Thanks for the links to other info. The old article about System Restore was interesting. I haven't had a chance to check yet but the SR service certainly must be running becasue of all the restore points that are saved, right up to earlier on the day I last looked at it. That is my wife's PC so I don't have ready access to it right now! When I tried to do those restores there were no actual error messages. SR just finished with a page that instead of saying that it had completed it said that it was not able to do the restore and it had not changed the system. I have only one partition, the C: drive so there are no other OS's around to mess things up. I may go ahead and turn SR off and on to remove all the restore points just to clean up the ones that seem to not be able to work.

    The only other problem is that the other PC on my home network is suddenly having a hard time copying files from the Dell to it for backup purposes. Both PCs are plugged into a router and the whole arrangement worked fine for a long time. WinXP on the other PC got pretty flacky and I did a clean install and after that I couldn't get files from the Dell. That is still a really significant problem for me. I did some uninstalling and stuff on the Dell and the other PC to troubleshoot that problem and after re-installing the Dell no longer worked like it had been. It is back to normal operation now.

    Thanks,
    Bill

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    Re: Software Distribution Service 2.0 (Windows XP

    Bill,
    If you like, you can check the Event Viewer's System log as I mentioned, and filter for related entries. Also, are you sure there is only one partition? Some Dell's (and other brands) have small hidden partitions as well.

    The problem with "unknown" partitions that are monitored is that they can become full (less than 50 MB free) and stop SR; no more RP's until more space or partitions is stopped from being monitored.

    When enabled SR is monitoring every drive and partition which can be bad, for instance with external drives. If changes are made to files when the drive is not connected it can result in all RP's becoming corrupt. The problem is that SR mounts them automatically when connected so one have to stop monitoring them every time they are connected. Better is to assign a permanent drive letter and turn off monitoring.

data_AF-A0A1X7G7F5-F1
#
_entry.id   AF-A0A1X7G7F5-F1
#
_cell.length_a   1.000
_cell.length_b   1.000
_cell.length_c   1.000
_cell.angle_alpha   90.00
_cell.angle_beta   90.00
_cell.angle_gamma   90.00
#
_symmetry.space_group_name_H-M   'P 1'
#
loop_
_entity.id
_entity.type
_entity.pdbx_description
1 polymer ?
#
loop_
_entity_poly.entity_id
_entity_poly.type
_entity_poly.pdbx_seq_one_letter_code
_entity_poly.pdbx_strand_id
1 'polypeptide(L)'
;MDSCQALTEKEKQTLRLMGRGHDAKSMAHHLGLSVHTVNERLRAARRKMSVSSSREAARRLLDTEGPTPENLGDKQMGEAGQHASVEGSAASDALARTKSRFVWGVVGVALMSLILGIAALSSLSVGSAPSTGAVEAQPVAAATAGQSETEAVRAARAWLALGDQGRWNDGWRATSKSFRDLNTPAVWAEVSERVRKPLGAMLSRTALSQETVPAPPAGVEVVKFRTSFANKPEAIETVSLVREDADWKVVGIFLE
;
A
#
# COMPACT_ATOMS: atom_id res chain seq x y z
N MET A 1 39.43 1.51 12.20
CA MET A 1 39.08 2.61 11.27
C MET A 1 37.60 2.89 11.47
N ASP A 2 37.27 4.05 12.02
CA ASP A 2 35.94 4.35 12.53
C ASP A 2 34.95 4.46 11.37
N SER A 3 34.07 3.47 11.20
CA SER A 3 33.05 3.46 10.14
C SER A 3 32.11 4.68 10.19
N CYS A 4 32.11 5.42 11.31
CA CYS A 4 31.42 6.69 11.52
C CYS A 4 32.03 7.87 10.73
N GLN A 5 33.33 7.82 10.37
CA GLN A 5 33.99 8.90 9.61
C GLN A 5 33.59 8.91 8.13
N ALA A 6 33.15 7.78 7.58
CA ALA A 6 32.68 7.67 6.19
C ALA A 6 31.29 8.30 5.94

Corrupt RP's can also be caused by virus/spyware, baddly written software that hangs the PC etc.

    Are you by any chance running any Symantec (Norton) product on the PC?

    As I said, I think it's always good to read and learn a bit about how the tools and programs are designed to work (not necessarily the same as what one think they will do). I'm not talking about you now, but many people, who use SR, treats it as a "all-in-one-tool"; i.e. whatever problem they have they will use SR.

    In my opinion SR is very powerful, and is at the end of the chain of tools and procedures available, before repair (upgrade in place), and a complete clean install.

    Talking about chain; all RP's are linked together with previous RP's and a log file keeps track of monitored files and files "backed up". If one RP becomes corrupt, the log file and files "backed up" don't match, then the chain is broken, and more RP's will fail.

    A solution in this case is either to use the Cleanup tool which can remove every RP but the last one, or better turn off and on SR.

    The problem with this solution is that one have to remove every RP when one needs system restore the most to achieve something (though, some as I mentioned use SR even if there are other measures). On the other hand if every RP is corrupt, there is no need to save them.